Monday, March 7, 2011

Introducing Gram's House, Our Imagine Cup 2011 Game for Girls and Computer Science

Computer science is still a gender-imbalanced field. Outreach efforts by various non-profits and companies like Microsoft seem to make an impact on this issue. Inspired by this, we designed Gram’s House to reach an even larger audience of middle school girls. We believe that encouraging more girls to participate in computer science has the power to help those who are lesser privileged see new career possibilities and improve their situation. Furthermore, a diverse computing community will be in a better position to solve many of tomorrow’s problems, from education to the environment to health care.

In Gram’s House, the player takes on the role of a computer scientist. She wants to ensure her grandmother can stay in her house, so she uses her skills to outfit the place with technology Gram can use to remain independent. Each piece of technology must be activated by solving a computer science related puzzle, ranging from binary numbers to theorems to algorithm design. The first technology is a mail ordered robot, and subsequent technologies are obtained through a simple questing mechanisms. In the next version, a world map will allow players to travel to different areas of the city, and will provide opportunities for collaboration with other computer scientists and engineers. The player must balance Gram’s independence with her satisfaction with the various machines and devices collected.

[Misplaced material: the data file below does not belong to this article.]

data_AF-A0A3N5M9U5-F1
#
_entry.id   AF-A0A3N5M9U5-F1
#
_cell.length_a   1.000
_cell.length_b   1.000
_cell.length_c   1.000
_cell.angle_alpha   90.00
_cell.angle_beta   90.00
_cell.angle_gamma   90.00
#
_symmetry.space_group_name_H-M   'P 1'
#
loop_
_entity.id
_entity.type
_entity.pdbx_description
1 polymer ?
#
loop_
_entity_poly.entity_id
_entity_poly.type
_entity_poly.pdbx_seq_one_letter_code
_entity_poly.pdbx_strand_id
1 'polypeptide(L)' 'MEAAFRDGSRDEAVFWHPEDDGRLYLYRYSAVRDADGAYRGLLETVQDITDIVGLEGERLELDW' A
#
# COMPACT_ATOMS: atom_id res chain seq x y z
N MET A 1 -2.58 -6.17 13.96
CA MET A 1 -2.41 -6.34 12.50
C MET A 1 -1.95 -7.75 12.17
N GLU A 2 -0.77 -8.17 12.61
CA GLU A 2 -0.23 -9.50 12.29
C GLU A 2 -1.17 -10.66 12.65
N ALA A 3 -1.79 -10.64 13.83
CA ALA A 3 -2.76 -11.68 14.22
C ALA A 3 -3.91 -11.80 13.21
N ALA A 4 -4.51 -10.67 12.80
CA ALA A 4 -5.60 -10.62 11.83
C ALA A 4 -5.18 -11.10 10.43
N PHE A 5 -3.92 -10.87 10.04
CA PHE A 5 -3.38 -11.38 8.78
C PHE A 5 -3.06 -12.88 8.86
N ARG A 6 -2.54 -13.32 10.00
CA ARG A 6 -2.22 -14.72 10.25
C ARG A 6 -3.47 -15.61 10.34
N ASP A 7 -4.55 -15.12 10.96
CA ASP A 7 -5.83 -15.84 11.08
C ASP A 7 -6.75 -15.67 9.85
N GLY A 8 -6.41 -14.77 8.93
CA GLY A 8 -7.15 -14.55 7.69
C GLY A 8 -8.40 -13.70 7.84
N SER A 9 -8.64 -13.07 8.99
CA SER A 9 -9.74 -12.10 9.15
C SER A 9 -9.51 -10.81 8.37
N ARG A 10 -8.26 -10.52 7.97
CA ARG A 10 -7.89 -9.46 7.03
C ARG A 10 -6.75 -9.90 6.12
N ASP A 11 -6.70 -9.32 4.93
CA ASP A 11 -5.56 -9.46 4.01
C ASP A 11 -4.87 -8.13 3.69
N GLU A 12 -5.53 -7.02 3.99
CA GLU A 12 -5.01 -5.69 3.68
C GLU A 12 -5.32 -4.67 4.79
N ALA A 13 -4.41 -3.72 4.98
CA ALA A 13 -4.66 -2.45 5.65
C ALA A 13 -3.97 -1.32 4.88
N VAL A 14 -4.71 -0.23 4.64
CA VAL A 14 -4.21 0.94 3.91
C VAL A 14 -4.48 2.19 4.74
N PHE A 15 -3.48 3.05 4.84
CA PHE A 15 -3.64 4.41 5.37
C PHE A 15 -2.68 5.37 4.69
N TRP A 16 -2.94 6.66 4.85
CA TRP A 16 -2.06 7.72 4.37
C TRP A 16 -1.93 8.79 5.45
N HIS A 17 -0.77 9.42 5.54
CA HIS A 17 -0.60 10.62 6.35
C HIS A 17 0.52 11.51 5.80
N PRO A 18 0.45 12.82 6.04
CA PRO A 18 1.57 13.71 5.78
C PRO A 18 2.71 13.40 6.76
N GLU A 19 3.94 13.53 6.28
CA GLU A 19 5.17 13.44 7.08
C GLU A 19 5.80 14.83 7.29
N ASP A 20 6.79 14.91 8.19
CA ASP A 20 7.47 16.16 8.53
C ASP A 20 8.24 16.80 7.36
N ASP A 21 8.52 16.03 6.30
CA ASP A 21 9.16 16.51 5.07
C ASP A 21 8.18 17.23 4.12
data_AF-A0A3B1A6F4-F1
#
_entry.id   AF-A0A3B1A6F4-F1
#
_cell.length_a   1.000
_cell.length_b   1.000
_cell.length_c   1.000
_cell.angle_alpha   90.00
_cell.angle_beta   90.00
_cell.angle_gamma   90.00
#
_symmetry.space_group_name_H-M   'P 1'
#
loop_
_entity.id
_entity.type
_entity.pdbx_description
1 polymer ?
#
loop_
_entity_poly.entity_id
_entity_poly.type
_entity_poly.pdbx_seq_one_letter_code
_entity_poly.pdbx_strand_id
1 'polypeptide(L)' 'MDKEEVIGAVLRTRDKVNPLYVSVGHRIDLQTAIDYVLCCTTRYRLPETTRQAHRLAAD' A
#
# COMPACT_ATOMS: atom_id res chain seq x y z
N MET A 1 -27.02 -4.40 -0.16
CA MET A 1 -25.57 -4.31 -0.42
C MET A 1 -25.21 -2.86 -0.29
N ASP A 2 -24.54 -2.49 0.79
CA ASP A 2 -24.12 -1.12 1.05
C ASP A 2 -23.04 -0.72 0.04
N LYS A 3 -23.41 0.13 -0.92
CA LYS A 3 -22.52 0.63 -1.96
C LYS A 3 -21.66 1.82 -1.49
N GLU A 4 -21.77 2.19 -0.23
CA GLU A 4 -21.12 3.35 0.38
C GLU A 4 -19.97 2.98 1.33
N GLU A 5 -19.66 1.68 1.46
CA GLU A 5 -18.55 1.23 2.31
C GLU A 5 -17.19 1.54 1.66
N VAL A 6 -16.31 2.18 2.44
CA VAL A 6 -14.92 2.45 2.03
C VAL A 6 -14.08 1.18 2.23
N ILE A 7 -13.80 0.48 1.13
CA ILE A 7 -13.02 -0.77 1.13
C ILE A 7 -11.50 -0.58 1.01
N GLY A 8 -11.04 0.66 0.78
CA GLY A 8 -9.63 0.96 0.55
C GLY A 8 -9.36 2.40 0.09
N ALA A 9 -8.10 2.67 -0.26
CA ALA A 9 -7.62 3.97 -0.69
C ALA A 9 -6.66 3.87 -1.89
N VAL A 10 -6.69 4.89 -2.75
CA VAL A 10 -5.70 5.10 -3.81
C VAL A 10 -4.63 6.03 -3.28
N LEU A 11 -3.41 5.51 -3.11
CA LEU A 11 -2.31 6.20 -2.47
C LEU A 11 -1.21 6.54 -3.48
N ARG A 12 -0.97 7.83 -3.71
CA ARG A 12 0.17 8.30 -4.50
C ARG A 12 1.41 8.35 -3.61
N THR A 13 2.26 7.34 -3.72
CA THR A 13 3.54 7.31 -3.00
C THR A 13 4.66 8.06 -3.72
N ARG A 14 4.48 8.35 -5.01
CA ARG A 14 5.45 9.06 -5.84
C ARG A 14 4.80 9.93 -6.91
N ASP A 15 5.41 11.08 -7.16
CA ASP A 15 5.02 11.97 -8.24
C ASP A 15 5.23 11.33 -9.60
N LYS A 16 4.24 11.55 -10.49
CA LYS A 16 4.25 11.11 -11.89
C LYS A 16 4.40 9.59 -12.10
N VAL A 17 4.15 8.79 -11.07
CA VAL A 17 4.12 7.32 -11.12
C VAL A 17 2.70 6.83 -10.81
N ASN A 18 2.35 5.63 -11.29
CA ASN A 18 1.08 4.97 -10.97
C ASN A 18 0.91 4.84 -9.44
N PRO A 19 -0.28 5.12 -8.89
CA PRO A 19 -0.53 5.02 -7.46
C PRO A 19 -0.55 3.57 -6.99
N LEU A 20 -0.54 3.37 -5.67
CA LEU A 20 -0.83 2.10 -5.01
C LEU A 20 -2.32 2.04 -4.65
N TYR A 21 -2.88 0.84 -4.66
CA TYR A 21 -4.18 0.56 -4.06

The story of Gram’s House is meant to give the girls playing it an emotional investment in the problems they are trying to solve. Research has shown that girls do indeed care about making a social difference.

While point and click puzzlers are nothing new, they are well loved by middle school girls. The combination of a compelling story, puzzles, and learning real computer science topics is something new and exciting that could make a big impact on the game world and the field of computer science.

Watch the game video below and download an installer to try the game yourself.  I'd love to get your feedback!


Valentina said...

I have to admit I was a bit skeptical at first, but I loved it so it's a double win for you! And you surely appealed to my curiosity with the 4 colors theorem, so I guess that the trick will work with younger girls too! Nice job!

Gail Carmichael said...

It's definitely the kind of thing that needs a demo. Even my teammates said it turned out a lot better than they thought it would. ;)

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